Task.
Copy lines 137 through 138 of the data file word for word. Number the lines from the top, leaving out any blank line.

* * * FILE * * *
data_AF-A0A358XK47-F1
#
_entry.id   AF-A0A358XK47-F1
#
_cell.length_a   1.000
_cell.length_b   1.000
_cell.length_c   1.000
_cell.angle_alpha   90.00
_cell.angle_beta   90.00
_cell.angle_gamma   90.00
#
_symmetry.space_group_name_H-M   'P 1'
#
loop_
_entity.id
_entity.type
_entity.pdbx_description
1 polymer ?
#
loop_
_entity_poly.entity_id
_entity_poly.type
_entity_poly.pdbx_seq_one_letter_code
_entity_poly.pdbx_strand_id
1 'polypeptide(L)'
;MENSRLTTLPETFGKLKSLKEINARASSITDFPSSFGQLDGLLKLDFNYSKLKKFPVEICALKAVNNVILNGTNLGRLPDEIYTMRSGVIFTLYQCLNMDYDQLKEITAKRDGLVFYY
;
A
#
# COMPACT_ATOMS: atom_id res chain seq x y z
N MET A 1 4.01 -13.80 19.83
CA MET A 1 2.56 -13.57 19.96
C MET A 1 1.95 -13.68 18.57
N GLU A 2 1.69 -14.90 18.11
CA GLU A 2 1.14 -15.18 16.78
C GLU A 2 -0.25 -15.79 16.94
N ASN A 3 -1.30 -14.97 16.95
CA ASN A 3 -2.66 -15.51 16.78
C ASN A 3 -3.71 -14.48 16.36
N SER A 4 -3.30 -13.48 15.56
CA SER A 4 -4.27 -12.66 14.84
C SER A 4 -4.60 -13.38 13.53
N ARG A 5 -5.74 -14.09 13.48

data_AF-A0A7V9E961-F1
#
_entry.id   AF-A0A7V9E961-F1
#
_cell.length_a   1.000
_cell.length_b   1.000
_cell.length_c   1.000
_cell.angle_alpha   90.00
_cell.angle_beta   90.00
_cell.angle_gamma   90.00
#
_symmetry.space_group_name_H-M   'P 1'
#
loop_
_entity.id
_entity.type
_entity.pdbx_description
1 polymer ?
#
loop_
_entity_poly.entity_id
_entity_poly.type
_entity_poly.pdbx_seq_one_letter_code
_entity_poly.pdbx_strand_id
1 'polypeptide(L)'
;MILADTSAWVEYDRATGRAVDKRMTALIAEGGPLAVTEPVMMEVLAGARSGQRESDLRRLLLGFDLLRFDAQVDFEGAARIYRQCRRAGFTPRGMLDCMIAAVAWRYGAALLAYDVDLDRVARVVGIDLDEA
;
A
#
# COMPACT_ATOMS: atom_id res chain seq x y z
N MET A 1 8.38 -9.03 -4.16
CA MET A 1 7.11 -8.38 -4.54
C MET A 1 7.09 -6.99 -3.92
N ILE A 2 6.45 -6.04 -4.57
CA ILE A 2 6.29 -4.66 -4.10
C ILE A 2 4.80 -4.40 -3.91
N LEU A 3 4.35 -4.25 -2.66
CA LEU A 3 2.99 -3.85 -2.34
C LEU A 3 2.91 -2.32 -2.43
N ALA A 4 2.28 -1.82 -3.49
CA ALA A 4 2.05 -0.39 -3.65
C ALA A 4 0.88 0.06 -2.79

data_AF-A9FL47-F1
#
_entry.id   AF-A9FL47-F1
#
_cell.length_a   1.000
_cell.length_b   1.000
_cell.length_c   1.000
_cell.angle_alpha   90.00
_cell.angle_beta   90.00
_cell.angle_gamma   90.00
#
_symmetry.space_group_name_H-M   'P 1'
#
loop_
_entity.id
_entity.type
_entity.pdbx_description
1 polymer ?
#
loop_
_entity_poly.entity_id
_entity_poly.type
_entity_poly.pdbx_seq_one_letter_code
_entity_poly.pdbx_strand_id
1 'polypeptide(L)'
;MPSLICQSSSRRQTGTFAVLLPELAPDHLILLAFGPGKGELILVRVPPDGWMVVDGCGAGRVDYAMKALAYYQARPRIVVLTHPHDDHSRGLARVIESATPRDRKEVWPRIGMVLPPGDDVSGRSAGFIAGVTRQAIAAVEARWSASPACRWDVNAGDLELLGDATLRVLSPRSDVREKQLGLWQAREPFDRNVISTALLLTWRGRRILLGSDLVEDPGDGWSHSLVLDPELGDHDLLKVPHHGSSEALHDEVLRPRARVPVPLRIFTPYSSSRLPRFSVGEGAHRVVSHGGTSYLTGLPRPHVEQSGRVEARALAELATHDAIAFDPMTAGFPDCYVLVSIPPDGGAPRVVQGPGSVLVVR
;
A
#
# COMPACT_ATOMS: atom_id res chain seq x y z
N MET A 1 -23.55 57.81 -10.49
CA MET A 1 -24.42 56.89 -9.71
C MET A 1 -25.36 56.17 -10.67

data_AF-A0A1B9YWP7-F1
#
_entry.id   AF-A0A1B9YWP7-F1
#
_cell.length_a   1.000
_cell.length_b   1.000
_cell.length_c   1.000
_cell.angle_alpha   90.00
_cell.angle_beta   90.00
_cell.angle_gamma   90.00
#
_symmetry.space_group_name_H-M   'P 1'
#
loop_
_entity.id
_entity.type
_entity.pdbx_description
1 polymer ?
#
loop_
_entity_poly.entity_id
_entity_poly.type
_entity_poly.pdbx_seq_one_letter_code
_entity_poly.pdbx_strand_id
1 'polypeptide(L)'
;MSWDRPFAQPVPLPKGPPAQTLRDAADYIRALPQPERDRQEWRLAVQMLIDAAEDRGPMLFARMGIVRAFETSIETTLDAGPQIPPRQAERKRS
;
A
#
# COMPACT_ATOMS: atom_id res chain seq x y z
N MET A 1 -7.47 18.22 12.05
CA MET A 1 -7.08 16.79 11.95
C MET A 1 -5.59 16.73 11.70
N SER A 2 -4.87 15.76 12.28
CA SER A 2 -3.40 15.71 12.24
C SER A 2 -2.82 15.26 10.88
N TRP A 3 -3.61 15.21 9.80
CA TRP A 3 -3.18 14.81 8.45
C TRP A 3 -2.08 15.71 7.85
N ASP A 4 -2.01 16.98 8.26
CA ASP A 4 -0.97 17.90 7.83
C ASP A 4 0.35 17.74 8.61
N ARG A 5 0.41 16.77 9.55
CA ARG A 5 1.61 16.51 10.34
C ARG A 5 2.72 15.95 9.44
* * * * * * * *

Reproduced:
#
loop_